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WATCH: Nirbhaya's mother wants you to fight, not cry

Last updated on: December 05, 2019 13:15 IST

They've both been scarred by the henious act of rape.
Meet bravehearts Asha Singh Nirbhaya's mother, and rape survivor Seeta Prajapat who continue their fight against this terrible crime.

Asha Singh

IMAGE: Nirbhaya's mother Asha Singh. Photograph: Kind courtesy We The Women curated by Barkha Dutt

Seeta Prajapat never thought of herself as a hero.

She led a simple, normal life in her village in Rajasthan's Chittorgarh district.

But within her was a spark that would not tolerate blatant injustice.

And, for that spark, for her strong sense of what was right, she paid a heart-wrenching price.

If your soul is not fauladi (strong), don't watch this video.

But if you want to know what true bravery is, please do click the play button.

Watch her tell her story at the recently held We The Women, curated by Barkha Dutt.

Video: Kind courtesy We The Women curated by Barkha Dutt


Seeta's story left many in the audience in tears.

But she continued to smile. And through that smile shined her determination to fight for justice, not just for herself but for all women.

Looking at the teary-eyed audience was another strong woman, Nirbhaya's mother Asha Singh, whose world was once limited to her home and family.

Today, it encompasses every woman who has faced sexual abuse and/or harassment and their families.

Asha's organisation, which she has named after her daughter, the Nirbhaya Jyoti Trust, helps such women.

"I try my best to help them because I truly believe that those who commit such heinous crimes should be kept behind bars. They are not fit to live in civil society," she says.

Now, she exhorted the audience, giving them strength. "Yeh rone ka samay nahi hai... Aap log roiye mat. Recognise your strength. Apne aap ko itna majboot kariye ki aapko koi aank na dikhaye. (This is not the time to cry. Make yourself so strong that no one can harm you)."

The recent gangrape and murder of the young Hyderabad veterinary doctor brought back memories of her daughter and she called the family to let them know she was there for them.

At the same time, her personal struggle continues.

Seven years after her daughter was brutalised and thrown out of a moving bus, a brutality her damaged body could not survive, Asha is still fighting for justice.

Video: Kind courtesy We The Women curated by Barkha Dutt


Rape is an act of such unconscionable brutality that it makes you wonder if the perpetrators actually belong to the human race.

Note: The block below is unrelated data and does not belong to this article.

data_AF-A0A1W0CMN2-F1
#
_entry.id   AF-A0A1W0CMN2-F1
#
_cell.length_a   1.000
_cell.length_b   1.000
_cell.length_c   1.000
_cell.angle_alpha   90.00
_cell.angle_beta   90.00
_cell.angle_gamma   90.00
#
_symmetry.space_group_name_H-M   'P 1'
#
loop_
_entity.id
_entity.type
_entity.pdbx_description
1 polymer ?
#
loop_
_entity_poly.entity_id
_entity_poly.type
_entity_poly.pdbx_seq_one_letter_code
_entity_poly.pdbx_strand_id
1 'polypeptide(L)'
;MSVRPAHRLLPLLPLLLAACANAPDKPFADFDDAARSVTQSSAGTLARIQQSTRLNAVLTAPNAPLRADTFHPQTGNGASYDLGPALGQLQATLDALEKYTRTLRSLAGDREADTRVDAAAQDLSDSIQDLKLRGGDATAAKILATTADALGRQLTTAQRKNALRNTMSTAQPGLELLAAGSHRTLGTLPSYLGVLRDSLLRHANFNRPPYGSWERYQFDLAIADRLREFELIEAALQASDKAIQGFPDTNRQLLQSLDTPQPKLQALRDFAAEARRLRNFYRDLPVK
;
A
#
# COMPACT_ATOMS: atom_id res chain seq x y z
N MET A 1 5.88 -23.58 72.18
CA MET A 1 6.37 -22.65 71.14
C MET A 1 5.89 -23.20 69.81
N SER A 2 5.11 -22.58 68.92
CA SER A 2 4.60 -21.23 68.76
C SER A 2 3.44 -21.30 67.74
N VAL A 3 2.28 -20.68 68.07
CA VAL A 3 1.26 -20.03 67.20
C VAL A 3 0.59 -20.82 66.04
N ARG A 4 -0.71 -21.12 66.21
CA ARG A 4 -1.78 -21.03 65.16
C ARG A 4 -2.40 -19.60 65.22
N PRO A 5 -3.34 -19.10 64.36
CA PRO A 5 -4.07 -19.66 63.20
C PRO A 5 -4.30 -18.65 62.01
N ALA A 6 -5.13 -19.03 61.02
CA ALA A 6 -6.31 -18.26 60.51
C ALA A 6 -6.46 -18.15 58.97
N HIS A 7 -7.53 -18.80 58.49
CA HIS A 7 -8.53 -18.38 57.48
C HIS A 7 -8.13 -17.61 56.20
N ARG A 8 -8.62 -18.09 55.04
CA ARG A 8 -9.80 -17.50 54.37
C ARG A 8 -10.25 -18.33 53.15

It devastates the female against whom the crime is perpetrated, her family and her friends.

"Jo bhi hamari ladayi hai, jo bhi hamara sangarsh hai, aap ko bhi pata hai, muhjhe bhi pata hai ki chahe main dharti aur akash ek kar loon, meri Nirbhaya mujhe nahi milegi. Mari jo bhi ladayi hai aap ke liye hai (My fight for justice will not bring my daughter back. My fight today is for all of you)."

"I don't want anything wrong to happen to any child."

A mother can be strong, but certain memories still bring tears to her eyes.

And Asha's voice, which has been strong and firm till now, wavers for the first time.


"Women are not weak," says Asha. "We are strong from birth because we are discriminated against since birth. Yeh beti hai, doosron ke ghar jaana hai (She's a girl, she will marry and go to someone else's house). Woh beta hai, hamara raj chalayega (He's a boy, he will continue our lineage)."

"This is where it begins. This is the thought we have to change."

Protests have erupted across the country after the horrific crime in Hyderabad.

Her sister and her friend have spoken up, demanding justice.

The anger witnessed across the nation has forced the Telangana government to announce a fast-track court.

Parliament has been rocked by the issue.

Jaya Bachchan wants rapists to be publicly lynched and their families shamed.

Hema Malini wants them kept permanently in jail.

Swati Maliwal, the Delhi Commission of Women chairperson, is on a hunger strike in the national capital.

Anu Dubey, a teenager who was protesting the gruesome crime outside Parliament, was arrested and allegedly tortured for taking a stand.

The wheels of justice don't seem to be moving.

Yet Asha and her husband Badrinath Singh and Seeta Prajapati have hope.

"There will come a day," says Badrinath, "when this male-centric nation will become a female-centric one."